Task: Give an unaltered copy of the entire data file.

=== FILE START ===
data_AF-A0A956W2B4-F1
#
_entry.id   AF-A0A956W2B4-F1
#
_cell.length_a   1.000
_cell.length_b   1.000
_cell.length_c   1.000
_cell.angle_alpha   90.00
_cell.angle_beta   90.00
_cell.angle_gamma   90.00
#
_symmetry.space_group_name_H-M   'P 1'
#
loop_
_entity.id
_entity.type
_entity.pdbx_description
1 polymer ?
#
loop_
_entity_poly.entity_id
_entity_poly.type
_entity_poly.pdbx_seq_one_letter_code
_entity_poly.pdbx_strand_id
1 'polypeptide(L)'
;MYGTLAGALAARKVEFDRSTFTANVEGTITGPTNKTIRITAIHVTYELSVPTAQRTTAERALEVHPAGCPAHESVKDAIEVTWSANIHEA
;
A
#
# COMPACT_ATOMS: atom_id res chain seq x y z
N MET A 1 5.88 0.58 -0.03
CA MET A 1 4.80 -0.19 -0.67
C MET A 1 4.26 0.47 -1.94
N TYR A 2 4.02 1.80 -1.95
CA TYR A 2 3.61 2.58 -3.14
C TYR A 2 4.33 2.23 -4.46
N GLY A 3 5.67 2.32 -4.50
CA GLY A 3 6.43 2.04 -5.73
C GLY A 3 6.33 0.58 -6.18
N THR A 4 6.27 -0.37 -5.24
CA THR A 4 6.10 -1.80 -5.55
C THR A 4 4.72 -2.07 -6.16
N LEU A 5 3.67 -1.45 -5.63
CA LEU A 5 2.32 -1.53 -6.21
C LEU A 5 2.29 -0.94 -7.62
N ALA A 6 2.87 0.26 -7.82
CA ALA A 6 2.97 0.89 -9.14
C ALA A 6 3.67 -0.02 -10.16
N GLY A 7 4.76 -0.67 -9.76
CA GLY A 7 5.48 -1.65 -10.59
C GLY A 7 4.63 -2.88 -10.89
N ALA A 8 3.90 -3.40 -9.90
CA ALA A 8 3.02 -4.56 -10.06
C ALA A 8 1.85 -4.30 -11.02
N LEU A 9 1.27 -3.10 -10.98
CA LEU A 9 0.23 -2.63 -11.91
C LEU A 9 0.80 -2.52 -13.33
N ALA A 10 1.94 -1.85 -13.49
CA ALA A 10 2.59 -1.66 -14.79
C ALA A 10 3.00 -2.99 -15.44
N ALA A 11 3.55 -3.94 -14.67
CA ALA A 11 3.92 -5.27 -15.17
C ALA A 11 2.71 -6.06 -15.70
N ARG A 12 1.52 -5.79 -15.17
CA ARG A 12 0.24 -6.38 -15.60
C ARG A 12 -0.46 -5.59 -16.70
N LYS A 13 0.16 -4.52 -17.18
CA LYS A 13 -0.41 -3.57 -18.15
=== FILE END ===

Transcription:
data_AF-A0A956W2B4-F1
#
_entry.id   AF-A0A956W2B4-F1
#
_cell.length_a   1.000
_cell.length_b   1.000
_cell.length_c   1.000
_cell.angle_alpha   90.00
_cell.angle_beta   90.00
_cell.angle_gamma   90.00
#
_symmetry.space_group_name_H-M   'P 1'
#
loop_
_entity.id
_entity.type
_entity.pdbx_description
1 polymer ?
#
loop_
_entity_poly.entity_id
_entity_poly.type
_entity_poly.pdbx_seq_one_letter_code
_entity_poly.pdbx_strand_id
1 'polypeptide(L)'
;MYGTLAGALAARKVEFDRSTFTANVEGTITGPTNKTIRITAIHVTYELSVPTAQRTTAERALEVHPAGCPAHESVKDAIEVTWSANIHEA
;
A
#
# COMPACT_ATOMS: atom_id res chain seq x y z
N MET A 1 5.88 0.58 -0.03
CA MET A 1 4.80 -0.19 -0.67
C MET A 1 4.26 0.47 -1.94
N TYR A 2 4.02 1.80 -1.95
CA TYR A 2 3.61 2.58 -3.14
C TYR A 2 4.33 2.23 -4.46
N GLY A 3 5.67 2.32 -4.50
CA GLY A 3 6.43 2.04 -5.73
C GLY A 3 6.33 0.58 -6.18
N THR A 4 6.27 -0.37 -5.24
CA THR A 4 6.10 -1.80 -5.55
C THR A 4 4.72 -2.07 -6.16
N LEU A 5 3.67 -1.45 -5.63
CA LEU A 5 2.32 -1.53 -6.21
C LEU A 5 2.29 -0.94 -7.62
N ALA A 6 2.87 0.26 -7.82
CA ALA A 6 2.97 0.89 -9.14
C ALA A 6 3.67 -0.02 -10.16
N GLY A 7 4.76 -0.67 -9.76
CA GLY A 7 5.48 -1.65 -10.59
C GLY A 7 4.63 -2.88 -10.89
N ALA A 8 3.90 -3.40 -9.90
CA ALA A 8 3.02 -4.56 -10.06
C ALA A 8 1.85 -4.30 -11.02
N LEU A 9 1.27 -3.10 -10.98
CA LEU A 9 0.23 -2.63 -11.91
C LEU A 9 0.80 -2.52 -13.33
N ALA A 10 1.94 -1.85 -13.49
CA ALA A 10 2.59 -1.66 -14.79
C ALA A 10 3.00 -2.99 -15.44
N ALA A 11 3.55 -3.94 -14.67
CA ALA A 11 3.92 -5.27 -15.17
C ALA A 11 2.71 -6.06 -15.70
N ARG A 12 1.52 -5.79 -15.17
CA ARG A 12 0.24 -6.38 -15.60
C ARG A 12 -0.46 -5.59 -16.70
N LYS A 13 0.16 -4.52 -17.18
CA LYS A 13 -0.41 -3.57 -18.15